Skip Nav
Kid Shopping
130+ New Baby and Kid Products You'll Wish You Could Get Your Hands On ASAP
touching stories
Mom's Perspective on Down Syndrome Will Change How You Feel About the Condition
Food and Activities
9 Italian Crockpot Recipes the Whole Family Will Enjoy

Changes in Pregnancy at 20 Weeks

Pregnancy at 20 Weeks

Your Body at 20 Weeks Pregnant

Congratulations! You’re now halfway through your pregnancy. Some women find that the second trimester of their pregnancy is the most fun: your libido may be back and more powerful than ever, your energy level may be higher, and your nesting urges are increasing.

It’s a good idea to avoid sleeping on your back from now on. Many women find comfort by curling up with a body pillow, which can provide support for your back and tummy simultaneously.

Pregnancy at 20 Weeks Your Baby at 20 Weeks Pregnant

Your baby is now about nine inches (23 cm) in size: he’s the length of a banana and he weighs about 10 1/2 oz. (300 g). He’s starting to accumulate meconium, a green colored sticky stool, in his intestine that he will pass after birth. His sebaceous glands are starting to produce oil to protect his skin. Hiccupping that may have started in week 16 is now becoming more common. Some women feel these hiccups, and others don’t notice them at all.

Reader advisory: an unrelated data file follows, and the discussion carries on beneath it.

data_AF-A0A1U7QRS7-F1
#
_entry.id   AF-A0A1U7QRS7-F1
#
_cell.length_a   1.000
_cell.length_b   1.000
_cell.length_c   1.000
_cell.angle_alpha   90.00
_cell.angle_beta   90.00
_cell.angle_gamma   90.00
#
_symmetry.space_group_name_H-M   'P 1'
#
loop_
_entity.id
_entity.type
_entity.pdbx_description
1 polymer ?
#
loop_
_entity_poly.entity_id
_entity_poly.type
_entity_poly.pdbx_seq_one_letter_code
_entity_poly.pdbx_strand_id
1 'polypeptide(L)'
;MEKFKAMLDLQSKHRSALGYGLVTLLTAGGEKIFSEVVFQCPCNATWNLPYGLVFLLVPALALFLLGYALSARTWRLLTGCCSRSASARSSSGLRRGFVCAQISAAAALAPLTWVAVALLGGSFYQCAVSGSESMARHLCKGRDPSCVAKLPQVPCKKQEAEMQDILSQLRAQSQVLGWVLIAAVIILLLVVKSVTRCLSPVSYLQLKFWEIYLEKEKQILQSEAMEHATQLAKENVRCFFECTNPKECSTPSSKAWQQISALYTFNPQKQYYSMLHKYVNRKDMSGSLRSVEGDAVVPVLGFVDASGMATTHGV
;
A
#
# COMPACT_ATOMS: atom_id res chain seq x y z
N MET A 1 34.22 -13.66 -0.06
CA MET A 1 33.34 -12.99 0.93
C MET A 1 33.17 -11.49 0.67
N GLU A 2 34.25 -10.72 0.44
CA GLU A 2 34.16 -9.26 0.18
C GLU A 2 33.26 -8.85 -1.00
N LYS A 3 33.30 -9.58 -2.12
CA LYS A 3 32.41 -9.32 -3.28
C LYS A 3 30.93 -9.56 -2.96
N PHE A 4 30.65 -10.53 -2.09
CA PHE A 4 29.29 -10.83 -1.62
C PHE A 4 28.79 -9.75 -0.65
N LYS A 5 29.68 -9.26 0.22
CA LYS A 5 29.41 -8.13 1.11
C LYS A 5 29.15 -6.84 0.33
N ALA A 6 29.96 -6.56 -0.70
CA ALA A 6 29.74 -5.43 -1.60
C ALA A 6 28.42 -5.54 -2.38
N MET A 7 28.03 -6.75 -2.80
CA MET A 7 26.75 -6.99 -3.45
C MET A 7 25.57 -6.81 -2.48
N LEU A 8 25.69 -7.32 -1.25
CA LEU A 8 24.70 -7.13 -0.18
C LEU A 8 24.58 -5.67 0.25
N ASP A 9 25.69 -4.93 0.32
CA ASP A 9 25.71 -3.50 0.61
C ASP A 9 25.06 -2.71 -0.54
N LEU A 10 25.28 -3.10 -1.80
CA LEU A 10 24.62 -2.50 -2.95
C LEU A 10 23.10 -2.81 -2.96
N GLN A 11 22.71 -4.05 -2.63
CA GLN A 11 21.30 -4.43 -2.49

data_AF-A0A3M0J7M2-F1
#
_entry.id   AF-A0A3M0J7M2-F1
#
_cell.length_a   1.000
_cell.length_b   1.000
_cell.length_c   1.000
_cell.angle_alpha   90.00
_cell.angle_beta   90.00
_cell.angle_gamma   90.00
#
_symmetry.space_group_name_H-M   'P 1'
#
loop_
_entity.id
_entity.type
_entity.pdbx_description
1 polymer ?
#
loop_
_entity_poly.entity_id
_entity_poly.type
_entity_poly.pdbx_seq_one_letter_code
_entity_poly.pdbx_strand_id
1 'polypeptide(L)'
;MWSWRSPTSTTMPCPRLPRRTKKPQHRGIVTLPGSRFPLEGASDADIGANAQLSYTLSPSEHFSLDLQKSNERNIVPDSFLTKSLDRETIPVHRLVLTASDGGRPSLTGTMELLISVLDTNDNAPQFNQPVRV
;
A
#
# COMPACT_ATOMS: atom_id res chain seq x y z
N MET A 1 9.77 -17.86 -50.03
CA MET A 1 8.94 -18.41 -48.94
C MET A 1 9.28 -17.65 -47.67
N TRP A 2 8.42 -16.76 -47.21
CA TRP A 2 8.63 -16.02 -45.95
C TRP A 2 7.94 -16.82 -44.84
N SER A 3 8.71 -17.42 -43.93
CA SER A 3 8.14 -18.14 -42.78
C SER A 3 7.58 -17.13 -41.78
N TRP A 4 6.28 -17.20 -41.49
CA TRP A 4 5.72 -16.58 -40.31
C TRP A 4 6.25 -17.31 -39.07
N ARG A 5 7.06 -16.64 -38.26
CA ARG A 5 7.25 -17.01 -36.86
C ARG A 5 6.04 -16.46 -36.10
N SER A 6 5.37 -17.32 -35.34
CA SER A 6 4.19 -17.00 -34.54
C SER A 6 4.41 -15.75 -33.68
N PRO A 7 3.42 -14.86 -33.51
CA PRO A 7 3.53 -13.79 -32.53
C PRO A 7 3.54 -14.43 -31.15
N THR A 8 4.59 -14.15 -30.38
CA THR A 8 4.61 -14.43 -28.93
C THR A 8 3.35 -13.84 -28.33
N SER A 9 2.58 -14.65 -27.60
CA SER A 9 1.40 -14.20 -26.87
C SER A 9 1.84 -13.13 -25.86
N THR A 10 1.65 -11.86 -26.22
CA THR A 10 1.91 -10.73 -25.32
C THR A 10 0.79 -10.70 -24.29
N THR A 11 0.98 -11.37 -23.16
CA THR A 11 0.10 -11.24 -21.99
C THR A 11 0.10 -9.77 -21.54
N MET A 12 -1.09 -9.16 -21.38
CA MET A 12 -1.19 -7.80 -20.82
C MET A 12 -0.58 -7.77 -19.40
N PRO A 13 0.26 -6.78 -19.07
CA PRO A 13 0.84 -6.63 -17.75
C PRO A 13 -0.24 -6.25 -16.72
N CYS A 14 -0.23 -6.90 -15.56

Medical Appointments at 20 Weeks Pregnant

Testing for Down's Syndrome and other genetic disorders continues. The testing consists of a combination of two blood tests and one ultrasound. The three tests together are often called an "integrated screen." The first of the two "integrated screen" blood tests is already done (usually between weeks 10 and 14 of your pregnancy). The ultrasound, called a nuchal translucency (NT), was also done between weeks 12 and 14. The results from these two tests will be used to calculate an initial overall risk of Down syndrome and other genetic disorders.

The second blood test of the integrated screen, also known as the "AFP-Quad test" or "second trimester screen," is usually done around now – between weeks 15 and 20 of your pregnancy. The result of the second blood test will be incorporated with the results of the first test and the NT test, and your final risk for Down syndrome and genetic disorders will be calculated. You’ll receive this information in the form of a probability (i.e. you have a 1/10,000 chance of having a Down's Syndrome baby). Over 90 percent of Down syndrome babies can be detected in this way.

Between now and 22 weeks, you’ll have a detailed anatomical ultrasound to make sure your baby is developing normally.

The preceding information was adapted from The Pregnancy Companion.

Around The Web
Join The Conversation
Unusual Maternity Products
Maternity Costumes
Baby With Tailbone Tumor Is Born Twice
How to Tell If You're Pregnant
Reasons to Wait to Tell Your Mom You're Pregnant
Pregnancy and Chronic Pain
How to Get Your House Ready For a New Baby

POPSUGAR, the #1 independent media and technology company for women. Where more than 75 million women go for original, inspirational content that feeds their passions and interests.

From Our Partners
Latest Moms
All the Latest From Ryan Reynolds